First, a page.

Mushrooms & Squash Barbacoa
As for Olvera’s cooking, it’s not your typical down & dirty (and I mean that in the best way possible!) Mexican by any stretch of the word. His Mexico City eatery, Pujol, serves a modernized and refined brand of Mexican. At Cosme, he moves much farther away from his roots, seizing the opportunity to cook outside Mexican borders. The result is Italian Burrata with “weeds” and Salsa Verde. It’s a melting blob of burrata wading in a zippy pool of Salsa Verde (so good they should bottle it), crowned with a garden fresh fistful of wild greens. Burrata’s never had it so good. What a genius, and yet simple pairing! So is the Mussels on a Blue Corn Tostada, married to a cheeky version of Russian salad, made with cubed potatoes, sweet potatoes and onions, glossed with a feisty chipotle mayonnaise. While the Octopus Cocktail (boiled octopus with red onion, avocado & purple corn atole) was admirable, it wasn’t memorable. But thankfully, it’s the only dish I ate all night that didn’t make me to take pause to savor the innovative combination of flavors in my mouth.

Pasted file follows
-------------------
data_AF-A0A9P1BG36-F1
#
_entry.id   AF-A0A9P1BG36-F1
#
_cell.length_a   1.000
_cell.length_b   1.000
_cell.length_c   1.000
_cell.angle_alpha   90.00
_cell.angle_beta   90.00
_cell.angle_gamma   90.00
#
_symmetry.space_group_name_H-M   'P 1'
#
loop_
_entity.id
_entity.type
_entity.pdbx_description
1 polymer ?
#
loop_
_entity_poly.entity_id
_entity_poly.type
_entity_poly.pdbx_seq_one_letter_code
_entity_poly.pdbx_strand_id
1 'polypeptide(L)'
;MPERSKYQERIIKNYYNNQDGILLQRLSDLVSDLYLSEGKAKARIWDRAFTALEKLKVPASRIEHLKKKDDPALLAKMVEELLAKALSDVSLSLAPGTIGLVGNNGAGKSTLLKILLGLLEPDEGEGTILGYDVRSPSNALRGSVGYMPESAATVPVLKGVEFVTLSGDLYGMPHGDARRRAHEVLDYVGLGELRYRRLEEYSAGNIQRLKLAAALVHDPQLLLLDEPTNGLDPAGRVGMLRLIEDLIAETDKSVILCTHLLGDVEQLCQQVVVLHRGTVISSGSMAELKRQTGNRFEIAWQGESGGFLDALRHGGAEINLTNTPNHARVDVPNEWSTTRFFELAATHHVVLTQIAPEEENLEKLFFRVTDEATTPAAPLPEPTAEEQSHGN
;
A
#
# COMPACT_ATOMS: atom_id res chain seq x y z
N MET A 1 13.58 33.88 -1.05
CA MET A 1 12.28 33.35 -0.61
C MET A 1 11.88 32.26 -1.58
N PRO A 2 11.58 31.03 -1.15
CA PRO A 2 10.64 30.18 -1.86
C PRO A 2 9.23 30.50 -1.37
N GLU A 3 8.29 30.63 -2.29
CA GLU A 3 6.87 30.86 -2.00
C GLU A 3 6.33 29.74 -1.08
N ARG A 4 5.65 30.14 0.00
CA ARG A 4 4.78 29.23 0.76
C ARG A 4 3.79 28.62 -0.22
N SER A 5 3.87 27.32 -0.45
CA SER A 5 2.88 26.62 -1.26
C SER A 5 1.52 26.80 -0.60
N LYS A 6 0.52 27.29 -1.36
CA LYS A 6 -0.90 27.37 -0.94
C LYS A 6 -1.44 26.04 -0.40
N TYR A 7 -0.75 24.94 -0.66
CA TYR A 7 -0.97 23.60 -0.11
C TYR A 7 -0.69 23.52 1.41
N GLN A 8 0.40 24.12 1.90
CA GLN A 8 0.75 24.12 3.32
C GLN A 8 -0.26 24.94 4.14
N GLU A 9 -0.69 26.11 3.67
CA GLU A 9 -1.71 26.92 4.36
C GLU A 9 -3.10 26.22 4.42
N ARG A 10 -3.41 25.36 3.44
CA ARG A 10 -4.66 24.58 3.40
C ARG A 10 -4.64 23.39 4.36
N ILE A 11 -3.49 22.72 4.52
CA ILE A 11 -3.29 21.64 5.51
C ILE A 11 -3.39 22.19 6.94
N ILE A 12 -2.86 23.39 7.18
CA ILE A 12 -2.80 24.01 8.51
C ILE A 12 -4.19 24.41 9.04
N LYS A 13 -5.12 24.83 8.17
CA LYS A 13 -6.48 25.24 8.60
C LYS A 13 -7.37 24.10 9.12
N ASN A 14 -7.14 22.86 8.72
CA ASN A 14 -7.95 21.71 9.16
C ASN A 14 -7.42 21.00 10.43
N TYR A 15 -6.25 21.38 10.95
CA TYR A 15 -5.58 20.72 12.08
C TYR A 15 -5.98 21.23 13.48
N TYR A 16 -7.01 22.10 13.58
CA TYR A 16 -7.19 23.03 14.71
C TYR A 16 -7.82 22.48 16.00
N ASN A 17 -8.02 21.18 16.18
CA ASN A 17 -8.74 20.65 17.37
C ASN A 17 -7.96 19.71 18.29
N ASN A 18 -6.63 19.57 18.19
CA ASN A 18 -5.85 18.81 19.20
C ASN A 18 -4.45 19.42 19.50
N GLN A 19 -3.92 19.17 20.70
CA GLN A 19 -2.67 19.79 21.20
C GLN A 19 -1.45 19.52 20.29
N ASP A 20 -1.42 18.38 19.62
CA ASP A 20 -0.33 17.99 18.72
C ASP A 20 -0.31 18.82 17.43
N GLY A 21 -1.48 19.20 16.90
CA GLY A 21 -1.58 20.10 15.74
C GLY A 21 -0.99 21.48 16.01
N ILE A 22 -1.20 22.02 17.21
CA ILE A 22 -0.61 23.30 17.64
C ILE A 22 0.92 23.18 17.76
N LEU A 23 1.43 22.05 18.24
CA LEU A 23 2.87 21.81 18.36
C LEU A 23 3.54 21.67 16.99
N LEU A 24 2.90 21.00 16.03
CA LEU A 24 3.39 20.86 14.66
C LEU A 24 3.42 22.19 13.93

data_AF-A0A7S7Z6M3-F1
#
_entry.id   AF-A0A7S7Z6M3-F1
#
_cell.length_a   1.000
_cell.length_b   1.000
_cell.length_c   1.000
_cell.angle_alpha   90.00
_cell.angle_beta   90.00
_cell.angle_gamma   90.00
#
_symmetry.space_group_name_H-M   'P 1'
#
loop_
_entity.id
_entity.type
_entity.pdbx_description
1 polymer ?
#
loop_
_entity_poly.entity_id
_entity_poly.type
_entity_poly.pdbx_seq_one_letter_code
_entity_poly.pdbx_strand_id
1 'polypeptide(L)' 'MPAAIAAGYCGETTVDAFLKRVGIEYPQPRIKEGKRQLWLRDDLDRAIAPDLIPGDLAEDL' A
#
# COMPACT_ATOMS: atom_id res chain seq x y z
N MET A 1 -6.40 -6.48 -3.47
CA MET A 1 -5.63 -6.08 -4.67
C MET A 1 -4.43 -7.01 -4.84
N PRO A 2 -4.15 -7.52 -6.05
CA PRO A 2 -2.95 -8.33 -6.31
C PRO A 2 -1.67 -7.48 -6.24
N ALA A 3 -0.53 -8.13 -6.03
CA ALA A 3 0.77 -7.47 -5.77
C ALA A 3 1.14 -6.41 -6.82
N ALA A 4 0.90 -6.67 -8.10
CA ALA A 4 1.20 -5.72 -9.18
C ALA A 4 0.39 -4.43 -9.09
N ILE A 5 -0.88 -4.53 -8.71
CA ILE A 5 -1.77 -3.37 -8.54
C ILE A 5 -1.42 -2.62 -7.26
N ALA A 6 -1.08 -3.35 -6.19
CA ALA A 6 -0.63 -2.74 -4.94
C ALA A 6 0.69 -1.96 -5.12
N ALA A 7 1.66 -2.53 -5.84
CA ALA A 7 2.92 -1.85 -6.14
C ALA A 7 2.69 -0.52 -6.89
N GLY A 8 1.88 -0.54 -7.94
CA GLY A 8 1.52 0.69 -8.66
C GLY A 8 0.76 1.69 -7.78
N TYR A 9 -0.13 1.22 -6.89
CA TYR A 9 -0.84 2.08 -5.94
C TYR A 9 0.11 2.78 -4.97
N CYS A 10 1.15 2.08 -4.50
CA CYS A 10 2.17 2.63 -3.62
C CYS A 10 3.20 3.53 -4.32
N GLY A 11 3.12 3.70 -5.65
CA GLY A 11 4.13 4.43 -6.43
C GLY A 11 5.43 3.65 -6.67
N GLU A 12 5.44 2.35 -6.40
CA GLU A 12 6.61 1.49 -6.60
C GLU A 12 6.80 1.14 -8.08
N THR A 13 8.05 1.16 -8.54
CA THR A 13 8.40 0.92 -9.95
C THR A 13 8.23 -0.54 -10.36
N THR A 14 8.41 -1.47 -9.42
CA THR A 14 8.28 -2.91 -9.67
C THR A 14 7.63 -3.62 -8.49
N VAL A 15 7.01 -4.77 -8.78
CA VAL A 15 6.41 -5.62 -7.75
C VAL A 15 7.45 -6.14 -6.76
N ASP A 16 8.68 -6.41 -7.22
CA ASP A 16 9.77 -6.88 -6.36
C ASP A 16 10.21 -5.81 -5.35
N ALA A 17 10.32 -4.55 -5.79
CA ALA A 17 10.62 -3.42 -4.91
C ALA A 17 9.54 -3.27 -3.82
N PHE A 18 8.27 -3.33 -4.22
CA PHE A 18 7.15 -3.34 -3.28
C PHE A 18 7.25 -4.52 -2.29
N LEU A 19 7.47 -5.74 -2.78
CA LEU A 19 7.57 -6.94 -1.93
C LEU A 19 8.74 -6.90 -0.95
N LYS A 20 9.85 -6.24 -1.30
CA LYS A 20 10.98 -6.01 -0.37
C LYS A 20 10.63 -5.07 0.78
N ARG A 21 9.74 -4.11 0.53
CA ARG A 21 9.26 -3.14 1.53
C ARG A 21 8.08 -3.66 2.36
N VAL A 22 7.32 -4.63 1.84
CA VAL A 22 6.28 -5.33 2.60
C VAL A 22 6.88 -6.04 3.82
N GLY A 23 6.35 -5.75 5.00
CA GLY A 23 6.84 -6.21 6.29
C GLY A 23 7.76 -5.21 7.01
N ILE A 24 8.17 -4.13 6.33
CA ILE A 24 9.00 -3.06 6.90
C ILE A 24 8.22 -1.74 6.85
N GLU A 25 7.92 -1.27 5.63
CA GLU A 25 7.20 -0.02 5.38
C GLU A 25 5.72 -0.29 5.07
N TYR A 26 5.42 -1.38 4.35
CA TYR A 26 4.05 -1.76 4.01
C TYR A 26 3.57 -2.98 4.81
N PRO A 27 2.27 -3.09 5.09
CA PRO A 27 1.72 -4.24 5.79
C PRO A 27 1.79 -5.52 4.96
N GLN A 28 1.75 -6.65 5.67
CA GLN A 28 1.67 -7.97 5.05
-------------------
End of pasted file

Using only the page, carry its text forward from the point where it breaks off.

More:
Swiss Chard Tamal
It seems like everyone’s doing a scallop sashimi of some sort these days, but none as beautifully balanced as Olvera’s take on traditional Shrimp Aquachile. Instead of shrimp, he scatters Scallop petals with petals of Jicama, Cucumber, Lime, and a sneaky hit of Wasabi to keep things interesting. And I’ve never had anything like his Mushroom and Squash Barbacoa with “Chilpachole.” Olvera takes a Valencian seafood soup and transforms it into a sauce that sits beneath smoky and tender Mushrooms and Squash – an intense combination of flavors that feels cutting edge without moving into avant-garde territory.